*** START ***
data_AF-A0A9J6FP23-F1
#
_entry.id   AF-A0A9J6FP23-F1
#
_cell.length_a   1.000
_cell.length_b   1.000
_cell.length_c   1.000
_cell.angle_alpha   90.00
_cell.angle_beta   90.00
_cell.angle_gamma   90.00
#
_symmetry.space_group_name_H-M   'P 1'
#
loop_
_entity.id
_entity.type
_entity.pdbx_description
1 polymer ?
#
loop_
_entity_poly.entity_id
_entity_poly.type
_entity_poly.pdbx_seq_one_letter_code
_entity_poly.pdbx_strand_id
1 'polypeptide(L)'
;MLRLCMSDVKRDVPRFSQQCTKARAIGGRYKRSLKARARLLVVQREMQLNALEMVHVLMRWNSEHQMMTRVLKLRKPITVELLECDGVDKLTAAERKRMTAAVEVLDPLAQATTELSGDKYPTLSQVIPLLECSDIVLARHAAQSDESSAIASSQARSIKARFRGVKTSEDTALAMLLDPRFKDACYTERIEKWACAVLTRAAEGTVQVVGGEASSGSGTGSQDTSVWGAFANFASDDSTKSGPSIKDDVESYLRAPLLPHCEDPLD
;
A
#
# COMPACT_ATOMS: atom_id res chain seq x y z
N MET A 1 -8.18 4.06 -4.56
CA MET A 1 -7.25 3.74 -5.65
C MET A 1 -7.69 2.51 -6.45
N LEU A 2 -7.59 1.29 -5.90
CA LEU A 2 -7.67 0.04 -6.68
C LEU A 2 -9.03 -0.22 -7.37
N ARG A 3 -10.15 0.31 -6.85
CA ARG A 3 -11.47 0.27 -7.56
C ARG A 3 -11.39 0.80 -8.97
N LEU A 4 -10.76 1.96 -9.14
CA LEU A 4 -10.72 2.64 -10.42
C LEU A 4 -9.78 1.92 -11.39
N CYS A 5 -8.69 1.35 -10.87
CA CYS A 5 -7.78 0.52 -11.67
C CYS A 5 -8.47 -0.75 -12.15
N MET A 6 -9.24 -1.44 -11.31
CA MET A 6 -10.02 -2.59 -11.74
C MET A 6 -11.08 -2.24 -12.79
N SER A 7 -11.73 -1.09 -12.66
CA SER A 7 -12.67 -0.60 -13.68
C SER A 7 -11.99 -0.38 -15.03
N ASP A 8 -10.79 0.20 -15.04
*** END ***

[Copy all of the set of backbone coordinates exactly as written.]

data_AF-A0A9J6FP23-F1
#
_entry.id   AF-A0A9J6FP23-F1
#
_cell.length_a   1.000
_cell.length_b   1.000
_cell.length_c   1.000
_cell.angle_alpha   90.00
_cell.angle_beta   90.00
_cell.angle_gamma   90.00
#
_symmetry.space_group_name_H-M   'P 1'
#
loop_
_entity.id
_entity.type
_entity.pdbx_description
1 polymer ?
#
loop_
_entity_poly.entity_id
_entity_poly.type
_entity_poly.pdbx_seq_one_letter_code
_entity_poly.pdbx_strand_id
1 'polypeptide(L)'
;MLRLCMSDVKRDVPRFSQQCTKARAIGGRYKRSLKARARLLVVQREMQLNALEMVHVLMRWNSEHQMMTRVLKLRKPITVELLECDGVDKLTAAERKRMTAAVEVLDPLAQATTELSGDKYPTLSQVIPLLECSDIVLARHAAQSDESSAIASSQARSIKARFRGVKTSEDTALAMLLDPRFKDACYTERIEKWACAVLTRAAEGTVQVVGGEASSGSGTGSQDTSVWGAFANFASDDSTKSGPSIKDDVESYLRAPLLPHCEDPLD
;
A
#
# COMPACT_ATOMS: atom_id res chain seq x y z
N MET A 1 -8.18 4.06 -4.56
CA MET A 1 -7.25 3.74 -5.65
C MET A 1 -7.69 2.51 -6.45
N LEU A 2 -7.59 1.29 -5.90
CA LEU A 2 -7.67 0.04 -6.68
C LEU A 2 -9.03 -0.22 -7.37
N ARG A 3 -10.15 0.31 -6.85
CA ARG A 3 -11.47 0.27 -7.56
C ARG A 3 -11.39 0.80 -8.97
N LEU A 4 -10.76 1.96 -9.14
CA LEU A 4 -10.72 2.64 -10.42
C LEU A 4 -9.78 1.92 -11.39
N CYS A 5 -8.69 1.35 -10.87
CA CYS A 5 -7.78 0.52 -11.67
C CYS A 5 -8.47 -0.75 -12.15
N MET A 6 -9.24 -1.44 -11.31
CA MET A 6 -10.02 -2.59 -11.74
C MET A 6 -11.08 -2.24 -12.79
N SER A 7 -11.73 -1.09 -12.66
CA SER A 7 -12.67 -0.60 -13.68
C SER A 7 -11.99 -0.38 -15.03
N ASP A 8 -10.79 0.20 -15.04